Men Of The Revolution: 14. John Hancock

PrintPrintEmailEmail

Hancock, with his friend Sam Adams, was in Lexington when Thomas Gage sent an expedition to seize the rebels’ arms and ammunition in Concord and, it was hoped, to capture these two leading foes of the king, but they escaped and made their way to the Continental Congress in Philadelphia in a triumphal progress that delighted Hancock. In May he was elected president to replace Peyton Randolph, who was returning to Virginia, and then occurred his break with Samuel and John Adams. Cocksure of himself and naively unaware of the complex problems facing the colonies, Hancock believed that he was the man to take command of the rebel army besieging Boston, and in June, when John Adams arose to nominate a commander in chief and spoke of the difficulties this paragon must face, Hancock smiled confidently until he heard Adams utter the name George Washington. Then, Adams observed, “I never remarked a more sudden and sinking Change of Countenance. Mortification and resentment were expressed as forcibly as his Face could exhibit them. Mr. Samuel Adams Seconded the Motion, and that did not soften the Presidents Phisiognomy at all.” And from that day, John Adams recalled, “Mr. Hancock … never loved me so well … as he had done before.” So with Samuel, although he and Hancock eventually patched up their quarrel.

Another contretemps developed over Hancock’s unwillingness to yield the presidency to Peyton Randolph when the latter returned from Virginia, even though most delegates had considered Hancock’s election a pro tern affair. The brace of Adamses dropped broad hints and when these failed, denounced Hancock; but not until 1777, when Hancock perceived an opportunity to boost his political fortunes in Massachusetts, did he give up the chair. On that occasion Sam Adams groaned through his farewell message, in which Hancock took leave of Congress “with almost as much Formality as if he was on his dying bed.” A motion was made to give Hancock a vote of thanks, but to his humiliation it was opposed by his colleagues from Massachusetts and by delegates from four other states. Although his peers considered Hancock a competent and industrious presiding officer, they could not stomach his vanity, his susceptibility to flattery, his continual playing to the crowd. As James Madison was to write of him, “Hancock is weak, ambitious, a courtier of popularity, given to low intrigue.”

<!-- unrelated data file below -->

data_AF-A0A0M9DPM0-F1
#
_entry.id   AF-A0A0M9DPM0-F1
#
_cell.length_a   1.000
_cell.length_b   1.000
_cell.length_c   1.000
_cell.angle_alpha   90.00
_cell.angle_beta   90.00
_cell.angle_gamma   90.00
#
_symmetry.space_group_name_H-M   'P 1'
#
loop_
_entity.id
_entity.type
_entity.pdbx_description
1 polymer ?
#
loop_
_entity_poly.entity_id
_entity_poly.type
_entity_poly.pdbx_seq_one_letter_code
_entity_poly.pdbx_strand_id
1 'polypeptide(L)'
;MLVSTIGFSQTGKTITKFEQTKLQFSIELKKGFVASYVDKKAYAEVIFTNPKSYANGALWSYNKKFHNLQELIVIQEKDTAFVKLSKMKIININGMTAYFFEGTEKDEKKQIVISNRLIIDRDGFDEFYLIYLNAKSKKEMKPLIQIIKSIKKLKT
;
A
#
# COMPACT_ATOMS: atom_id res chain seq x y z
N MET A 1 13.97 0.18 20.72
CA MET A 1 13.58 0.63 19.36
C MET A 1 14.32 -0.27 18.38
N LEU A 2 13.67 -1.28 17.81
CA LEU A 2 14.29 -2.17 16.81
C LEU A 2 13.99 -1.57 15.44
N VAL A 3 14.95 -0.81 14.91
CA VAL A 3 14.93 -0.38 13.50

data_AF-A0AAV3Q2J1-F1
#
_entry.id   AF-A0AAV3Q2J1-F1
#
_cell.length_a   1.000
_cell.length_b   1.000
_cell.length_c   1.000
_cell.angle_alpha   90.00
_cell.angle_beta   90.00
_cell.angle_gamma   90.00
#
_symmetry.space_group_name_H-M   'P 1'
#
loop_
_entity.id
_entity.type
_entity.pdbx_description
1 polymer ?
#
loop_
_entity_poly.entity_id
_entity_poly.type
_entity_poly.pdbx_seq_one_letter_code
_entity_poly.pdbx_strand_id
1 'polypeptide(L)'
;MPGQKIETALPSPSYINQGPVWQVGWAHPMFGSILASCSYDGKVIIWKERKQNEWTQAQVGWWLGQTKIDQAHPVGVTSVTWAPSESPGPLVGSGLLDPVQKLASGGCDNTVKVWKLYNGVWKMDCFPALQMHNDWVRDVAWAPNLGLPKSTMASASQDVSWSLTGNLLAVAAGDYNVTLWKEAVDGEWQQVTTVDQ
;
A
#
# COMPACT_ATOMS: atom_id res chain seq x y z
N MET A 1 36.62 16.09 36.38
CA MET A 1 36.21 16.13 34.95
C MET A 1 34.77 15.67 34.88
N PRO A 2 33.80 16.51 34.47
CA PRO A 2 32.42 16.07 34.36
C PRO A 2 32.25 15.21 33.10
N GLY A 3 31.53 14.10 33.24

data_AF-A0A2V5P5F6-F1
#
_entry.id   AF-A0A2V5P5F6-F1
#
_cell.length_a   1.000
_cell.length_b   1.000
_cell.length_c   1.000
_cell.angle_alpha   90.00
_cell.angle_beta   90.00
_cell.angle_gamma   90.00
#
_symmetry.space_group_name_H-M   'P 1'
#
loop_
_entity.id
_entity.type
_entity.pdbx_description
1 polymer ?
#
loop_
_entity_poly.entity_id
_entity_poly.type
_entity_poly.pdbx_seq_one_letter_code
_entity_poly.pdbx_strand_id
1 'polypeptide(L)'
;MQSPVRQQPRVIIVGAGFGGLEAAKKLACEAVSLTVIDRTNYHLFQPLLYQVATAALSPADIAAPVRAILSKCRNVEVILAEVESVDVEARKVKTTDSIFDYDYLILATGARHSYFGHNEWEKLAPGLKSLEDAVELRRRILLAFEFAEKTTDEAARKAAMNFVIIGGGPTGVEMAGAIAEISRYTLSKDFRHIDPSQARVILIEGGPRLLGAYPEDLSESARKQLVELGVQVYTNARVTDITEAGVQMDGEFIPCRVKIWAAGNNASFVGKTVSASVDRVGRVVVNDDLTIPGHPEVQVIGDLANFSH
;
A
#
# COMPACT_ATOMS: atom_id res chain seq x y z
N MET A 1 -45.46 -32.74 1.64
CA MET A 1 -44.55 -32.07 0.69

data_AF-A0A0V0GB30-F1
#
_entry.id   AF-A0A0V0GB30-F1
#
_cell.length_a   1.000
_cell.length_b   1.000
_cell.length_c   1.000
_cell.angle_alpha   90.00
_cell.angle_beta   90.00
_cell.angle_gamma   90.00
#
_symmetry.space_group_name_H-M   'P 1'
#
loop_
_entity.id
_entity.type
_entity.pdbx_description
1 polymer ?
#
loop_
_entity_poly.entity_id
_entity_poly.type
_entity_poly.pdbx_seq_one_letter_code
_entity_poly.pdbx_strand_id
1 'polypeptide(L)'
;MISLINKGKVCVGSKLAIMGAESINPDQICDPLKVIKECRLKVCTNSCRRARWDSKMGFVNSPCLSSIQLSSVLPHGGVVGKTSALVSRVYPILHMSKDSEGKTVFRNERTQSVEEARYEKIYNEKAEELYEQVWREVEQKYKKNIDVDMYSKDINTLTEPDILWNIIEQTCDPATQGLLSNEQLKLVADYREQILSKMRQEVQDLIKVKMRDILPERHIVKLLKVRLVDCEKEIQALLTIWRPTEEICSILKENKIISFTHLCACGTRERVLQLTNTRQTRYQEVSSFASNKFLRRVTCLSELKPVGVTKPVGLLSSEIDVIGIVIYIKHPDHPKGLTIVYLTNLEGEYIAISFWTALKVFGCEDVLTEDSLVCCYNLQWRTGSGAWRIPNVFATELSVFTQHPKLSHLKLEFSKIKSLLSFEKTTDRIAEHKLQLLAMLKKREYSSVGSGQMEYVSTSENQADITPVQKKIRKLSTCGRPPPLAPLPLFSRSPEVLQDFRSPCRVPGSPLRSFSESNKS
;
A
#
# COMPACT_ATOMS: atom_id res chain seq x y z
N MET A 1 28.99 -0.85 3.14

When Massachusetts moved to form a state government in 1777. Hancock concluded that he could better himself by leaving Philadelphia, and his first public act upon reaching Boston was to donate a hundred and fifty cords of wood to the poor. (The man who supplied the wood was not paid for it until Hancock’s estate was settled nearly two decades later.) Elected governor by a huge majority in 1780, Hancock proceeded to turn the state into a private political fief and for all the anguished cries from his opponents became the most popular man in Massachusetts. His inauguration was celebrated with such a round of parties and balls as had not been seen, Sam Adams complained, since the salad days of royal governors and customs officials; and instead of the “Happy Era of Republicanism” Adams had fought for, he saw that “John Hancock … appears in public with all the pagentry of an Oriental prince. He rides in an elegant chariot. … He is attended by four servants dressed in superb livery, mounted on fine horses richly caparisoned, and escorted by fifty horsemen with drawn sabres—the one half of whom precede, and the other follow, his carriage.”

In consolidating his own power Hancock had taken pains to undermine that of Samuel Adams. Adams might rail against Boston’s new “rage for Ease, Luxurious Living, and Expensive Diversions,” its “scenes of Dissipation and Folly,” its “Torrent of Vice,” and the “Levity and Foppery” that were now “the ruling Taste of the Great,” but to no avail. What Sam contemptuously called the “mushroom Gentry” and the “Coxcombs and Coquettes” had taken over the town; nouveaux riches and arrivistes were in the saddle, supplanting the revolutionaries and the aristocrats who preceded them, and as Adams saw it, Hancock’s administration was no better than that of Governor Thomas Hutchinson, whom Sam had done so much to oust in 1774. John Adams by now had concluded that Hancock was no more than “an empty barrel,” but the people of Boston thought otherwise. They adored Hancock, seeing in him a true aristocrat who talked as convincingly about popular liberties as any man alive.